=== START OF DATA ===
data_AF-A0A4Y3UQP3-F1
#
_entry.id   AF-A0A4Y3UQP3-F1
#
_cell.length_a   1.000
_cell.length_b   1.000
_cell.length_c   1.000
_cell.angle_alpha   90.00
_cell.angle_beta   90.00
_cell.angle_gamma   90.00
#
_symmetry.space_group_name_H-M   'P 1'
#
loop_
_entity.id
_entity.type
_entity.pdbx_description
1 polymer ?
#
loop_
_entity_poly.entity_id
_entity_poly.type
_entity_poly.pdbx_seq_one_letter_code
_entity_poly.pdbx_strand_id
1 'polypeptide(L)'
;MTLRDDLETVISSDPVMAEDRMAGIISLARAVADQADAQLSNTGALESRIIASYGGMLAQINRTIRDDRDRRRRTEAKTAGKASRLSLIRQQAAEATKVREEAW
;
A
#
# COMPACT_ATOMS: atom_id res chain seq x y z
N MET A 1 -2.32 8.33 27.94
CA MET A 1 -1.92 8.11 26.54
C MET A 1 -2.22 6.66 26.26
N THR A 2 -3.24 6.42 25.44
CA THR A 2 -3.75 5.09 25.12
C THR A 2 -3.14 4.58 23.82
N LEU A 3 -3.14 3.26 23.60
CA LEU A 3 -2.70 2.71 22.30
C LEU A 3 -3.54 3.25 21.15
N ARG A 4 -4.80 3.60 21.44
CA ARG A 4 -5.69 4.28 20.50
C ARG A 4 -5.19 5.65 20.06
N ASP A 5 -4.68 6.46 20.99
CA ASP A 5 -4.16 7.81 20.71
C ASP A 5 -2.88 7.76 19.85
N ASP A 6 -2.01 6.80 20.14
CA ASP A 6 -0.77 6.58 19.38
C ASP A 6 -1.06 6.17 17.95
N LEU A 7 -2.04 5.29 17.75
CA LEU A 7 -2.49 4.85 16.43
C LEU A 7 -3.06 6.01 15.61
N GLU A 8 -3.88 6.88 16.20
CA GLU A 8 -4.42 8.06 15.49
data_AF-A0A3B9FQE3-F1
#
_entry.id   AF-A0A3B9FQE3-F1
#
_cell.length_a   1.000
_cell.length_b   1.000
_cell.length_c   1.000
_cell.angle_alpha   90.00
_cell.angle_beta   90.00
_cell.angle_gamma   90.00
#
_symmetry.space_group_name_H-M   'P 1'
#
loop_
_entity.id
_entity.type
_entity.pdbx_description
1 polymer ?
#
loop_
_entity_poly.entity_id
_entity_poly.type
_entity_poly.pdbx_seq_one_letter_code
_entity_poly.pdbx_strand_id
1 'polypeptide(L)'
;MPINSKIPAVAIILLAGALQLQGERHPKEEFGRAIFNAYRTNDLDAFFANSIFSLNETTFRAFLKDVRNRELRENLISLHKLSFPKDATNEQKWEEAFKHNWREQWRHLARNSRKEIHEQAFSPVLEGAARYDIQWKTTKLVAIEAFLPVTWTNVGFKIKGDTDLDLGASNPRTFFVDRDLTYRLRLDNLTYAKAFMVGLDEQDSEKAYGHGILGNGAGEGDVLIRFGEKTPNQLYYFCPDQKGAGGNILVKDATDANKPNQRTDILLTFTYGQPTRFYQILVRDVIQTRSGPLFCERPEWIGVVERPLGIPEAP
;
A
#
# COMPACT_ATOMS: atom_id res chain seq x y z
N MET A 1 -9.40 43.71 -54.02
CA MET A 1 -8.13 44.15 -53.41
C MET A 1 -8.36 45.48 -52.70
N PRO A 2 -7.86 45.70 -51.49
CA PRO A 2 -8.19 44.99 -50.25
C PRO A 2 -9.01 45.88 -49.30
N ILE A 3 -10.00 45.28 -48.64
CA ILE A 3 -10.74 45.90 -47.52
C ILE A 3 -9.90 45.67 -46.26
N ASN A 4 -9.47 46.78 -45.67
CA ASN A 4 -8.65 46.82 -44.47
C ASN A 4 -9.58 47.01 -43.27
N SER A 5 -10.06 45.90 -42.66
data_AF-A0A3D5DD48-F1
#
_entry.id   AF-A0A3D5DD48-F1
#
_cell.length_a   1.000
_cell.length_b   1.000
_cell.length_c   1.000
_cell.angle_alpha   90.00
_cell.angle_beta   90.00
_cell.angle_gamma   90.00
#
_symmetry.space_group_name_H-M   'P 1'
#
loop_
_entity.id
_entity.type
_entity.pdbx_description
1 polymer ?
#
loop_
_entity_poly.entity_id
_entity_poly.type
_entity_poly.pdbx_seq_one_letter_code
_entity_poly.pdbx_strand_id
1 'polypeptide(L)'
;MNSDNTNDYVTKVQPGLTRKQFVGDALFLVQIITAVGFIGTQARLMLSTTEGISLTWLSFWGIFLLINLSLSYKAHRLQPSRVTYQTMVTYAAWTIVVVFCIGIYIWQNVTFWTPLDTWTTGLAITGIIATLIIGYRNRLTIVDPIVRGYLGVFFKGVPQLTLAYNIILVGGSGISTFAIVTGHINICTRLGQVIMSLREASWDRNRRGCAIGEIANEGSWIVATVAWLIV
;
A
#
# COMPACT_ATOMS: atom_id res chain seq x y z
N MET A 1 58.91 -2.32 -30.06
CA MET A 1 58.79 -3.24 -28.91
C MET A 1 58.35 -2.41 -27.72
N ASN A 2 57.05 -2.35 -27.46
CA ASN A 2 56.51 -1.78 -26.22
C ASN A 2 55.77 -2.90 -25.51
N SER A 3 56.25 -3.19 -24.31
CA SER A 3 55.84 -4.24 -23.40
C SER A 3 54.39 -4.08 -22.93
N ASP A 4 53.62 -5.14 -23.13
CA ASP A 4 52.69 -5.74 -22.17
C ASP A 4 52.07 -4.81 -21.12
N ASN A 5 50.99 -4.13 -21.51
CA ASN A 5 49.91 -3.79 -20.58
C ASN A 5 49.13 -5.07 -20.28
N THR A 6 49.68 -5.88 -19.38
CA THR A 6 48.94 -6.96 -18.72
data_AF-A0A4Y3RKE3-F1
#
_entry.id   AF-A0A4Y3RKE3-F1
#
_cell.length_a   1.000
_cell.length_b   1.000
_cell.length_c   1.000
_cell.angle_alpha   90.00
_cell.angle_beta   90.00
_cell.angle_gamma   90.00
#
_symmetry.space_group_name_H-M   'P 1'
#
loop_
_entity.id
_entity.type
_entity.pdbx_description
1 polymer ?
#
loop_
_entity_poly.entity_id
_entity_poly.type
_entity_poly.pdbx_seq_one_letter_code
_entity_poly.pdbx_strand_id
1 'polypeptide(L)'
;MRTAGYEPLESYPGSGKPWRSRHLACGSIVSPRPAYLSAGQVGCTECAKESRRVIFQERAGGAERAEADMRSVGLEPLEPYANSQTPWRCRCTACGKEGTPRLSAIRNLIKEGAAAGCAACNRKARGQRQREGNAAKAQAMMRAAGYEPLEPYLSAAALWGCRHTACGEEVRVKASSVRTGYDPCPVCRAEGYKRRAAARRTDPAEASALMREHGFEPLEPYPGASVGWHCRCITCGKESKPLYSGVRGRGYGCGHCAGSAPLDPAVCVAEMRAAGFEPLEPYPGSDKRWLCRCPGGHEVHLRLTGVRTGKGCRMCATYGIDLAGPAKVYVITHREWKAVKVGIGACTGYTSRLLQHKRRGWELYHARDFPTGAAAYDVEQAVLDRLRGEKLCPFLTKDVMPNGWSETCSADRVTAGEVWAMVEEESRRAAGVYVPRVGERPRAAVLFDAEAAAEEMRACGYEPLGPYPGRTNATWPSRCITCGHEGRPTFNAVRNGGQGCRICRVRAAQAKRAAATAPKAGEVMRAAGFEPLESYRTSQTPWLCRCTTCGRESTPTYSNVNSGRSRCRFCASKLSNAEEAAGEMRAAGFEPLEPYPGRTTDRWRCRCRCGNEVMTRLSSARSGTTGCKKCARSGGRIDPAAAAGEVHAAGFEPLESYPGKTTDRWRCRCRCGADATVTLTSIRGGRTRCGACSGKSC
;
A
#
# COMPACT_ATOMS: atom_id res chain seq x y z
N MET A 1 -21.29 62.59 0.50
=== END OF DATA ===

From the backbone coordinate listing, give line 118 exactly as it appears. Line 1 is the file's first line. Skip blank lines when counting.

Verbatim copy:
_entity_poly.type